Capitalism’s Admirable Crichtons
One of J. M. Barrie’s immortal plays portrays the butler who by sheer force of superior mentality and ability assumed leadership over his aristocratic employers when shipwrecked on a desert island. The position is intended to be a more or less fanciful one, but in reality present day society teems with examples of the repression of great minds by the mediocre-minded few. Many of us in even our small circles can point to one or two acquaintances who can find no outlet for really brilliant intelligences, and who are forced by stress of economic circumstance to spend their lives in uncongenial work and uninspiring environment. History has many cases to show of genius which has been discovered too late, of great minds that have been starved of opportunity. Men and women who, even under adverse conditions, managed to leave something behind that humanity is the better for, have in countless cases died of want and hopeless despair. The painting that might fetch a small fortune at Christie’s to-day perhaps was sold by the artist for the price of a loaf of bread. The machine that may make a modern Croesus was invented by one whose life was one long struggle against penury and who died, as he had lived, in obscurity.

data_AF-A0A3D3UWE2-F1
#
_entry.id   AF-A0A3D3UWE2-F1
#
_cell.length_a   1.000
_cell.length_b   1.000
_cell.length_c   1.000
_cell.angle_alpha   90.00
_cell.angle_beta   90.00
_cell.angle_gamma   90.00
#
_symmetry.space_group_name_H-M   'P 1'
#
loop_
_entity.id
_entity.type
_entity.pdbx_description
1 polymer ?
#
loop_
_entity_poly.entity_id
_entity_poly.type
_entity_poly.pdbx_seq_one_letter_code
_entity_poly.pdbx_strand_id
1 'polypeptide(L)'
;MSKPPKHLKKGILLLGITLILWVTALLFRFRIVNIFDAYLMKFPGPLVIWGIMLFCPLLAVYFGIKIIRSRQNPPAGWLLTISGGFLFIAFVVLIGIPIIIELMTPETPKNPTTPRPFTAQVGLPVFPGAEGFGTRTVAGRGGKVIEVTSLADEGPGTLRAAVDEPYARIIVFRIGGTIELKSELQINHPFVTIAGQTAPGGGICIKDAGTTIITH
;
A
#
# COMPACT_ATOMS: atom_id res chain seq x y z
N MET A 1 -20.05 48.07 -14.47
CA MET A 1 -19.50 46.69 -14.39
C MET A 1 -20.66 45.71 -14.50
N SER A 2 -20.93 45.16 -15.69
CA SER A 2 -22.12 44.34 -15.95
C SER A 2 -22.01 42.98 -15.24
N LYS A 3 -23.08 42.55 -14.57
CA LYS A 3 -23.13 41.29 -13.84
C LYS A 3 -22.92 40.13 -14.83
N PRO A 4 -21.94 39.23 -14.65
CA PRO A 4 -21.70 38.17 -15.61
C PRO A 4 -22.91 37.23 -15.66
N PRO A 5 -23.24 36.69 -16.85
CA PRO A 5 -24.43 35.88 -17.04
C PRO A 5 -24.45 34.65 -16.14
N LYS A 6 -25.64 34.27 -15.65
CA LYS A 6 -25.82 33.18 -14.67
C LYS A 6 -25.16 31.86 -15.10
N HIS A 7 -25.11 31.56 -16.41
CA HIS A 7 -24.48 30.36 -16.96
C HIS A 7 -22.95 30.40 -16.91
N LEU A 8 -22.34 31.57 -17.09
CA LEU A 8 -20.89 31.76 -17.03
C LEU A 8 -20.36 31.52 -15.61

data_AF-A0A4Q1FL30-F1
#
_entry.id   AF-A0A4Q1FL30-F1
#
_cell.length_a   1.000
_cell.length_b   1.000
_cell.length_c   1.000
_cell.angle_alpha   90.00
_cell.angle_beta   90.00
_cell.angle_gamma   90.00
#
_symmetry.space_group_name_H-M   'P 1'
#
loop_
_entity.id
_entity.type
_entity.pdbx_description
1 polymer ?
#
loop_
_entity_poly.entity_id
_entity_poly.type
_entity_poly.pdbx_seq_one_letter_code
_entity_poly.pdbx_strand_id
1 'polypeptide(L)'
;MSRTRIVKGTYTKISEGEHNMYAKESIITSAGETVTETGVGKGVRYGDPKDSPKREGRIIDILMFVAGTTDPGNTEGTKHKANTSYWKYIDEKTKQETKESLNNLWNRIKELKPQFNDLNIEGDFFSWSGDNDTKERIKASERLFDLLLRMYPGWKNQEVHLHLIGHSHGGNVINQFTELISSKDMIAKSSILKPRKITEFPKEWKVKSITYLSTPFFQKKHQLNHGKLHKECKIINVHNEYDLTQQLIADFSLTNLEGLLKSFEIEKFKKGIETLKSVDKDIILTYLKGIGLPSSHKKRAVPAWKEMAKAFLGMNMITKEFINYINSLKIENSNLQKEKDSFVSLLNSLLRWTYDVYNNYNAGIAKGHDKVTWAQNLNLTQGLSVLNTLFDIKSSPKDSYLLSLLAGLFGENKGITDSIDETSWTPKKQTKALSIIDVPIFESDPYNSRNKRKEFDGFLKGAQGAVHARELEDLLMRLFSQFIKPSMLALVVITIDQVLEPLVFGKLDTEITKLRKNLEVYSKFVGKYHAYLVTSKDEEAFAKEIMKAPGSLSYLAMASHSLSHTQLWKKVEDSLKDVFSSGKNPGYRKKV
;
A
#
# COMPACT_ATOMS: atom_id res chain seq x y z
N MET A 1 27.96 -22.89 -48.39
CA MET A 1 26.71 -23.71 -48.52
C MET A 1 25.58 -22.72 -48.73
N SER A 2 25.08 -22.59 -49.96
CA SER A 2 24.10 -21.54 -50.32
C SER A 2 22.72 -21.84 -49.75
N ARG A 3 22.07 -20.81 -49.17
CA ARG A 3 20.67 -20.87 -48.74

Many more must there be who have no opportunity of bringing into the light ideas that would stamp them as being more than ordinary men. Who could expect a man to come back, after a long day’s toil, to a miserable hovel, surrounded by those scenes and noises which are so great a part of the worker’s environment, and to sit down and compose beautiful music, or paint a masterpiece, or write a treatise that should make history ?
All that matters to-day is the ability to make a profit—if that be ability. Very few employers are more intelligent than some of their own machine-minders, but the fact that the machines belong to them and not to the minders is sufficient to obtain for them the comfort and luxury that the latter and their families are not even able to dream of. Even their vaunted “directive ability” is vested in managers and foremen. We had the case recently of an American millionaire who made a fortune while in the madhouse! He, like the rest of his class, could not help it. It requires practically no effort on their part. That is the irony of it all. If ability counted they would not be in the position they are in. The working class invent machinery, they work machinery, they pay their own meagre wages, and hand the surplus to the employers. There is not an operation from the loading of a trolley to the cashing of a cheque that is not performed by a member of the working class.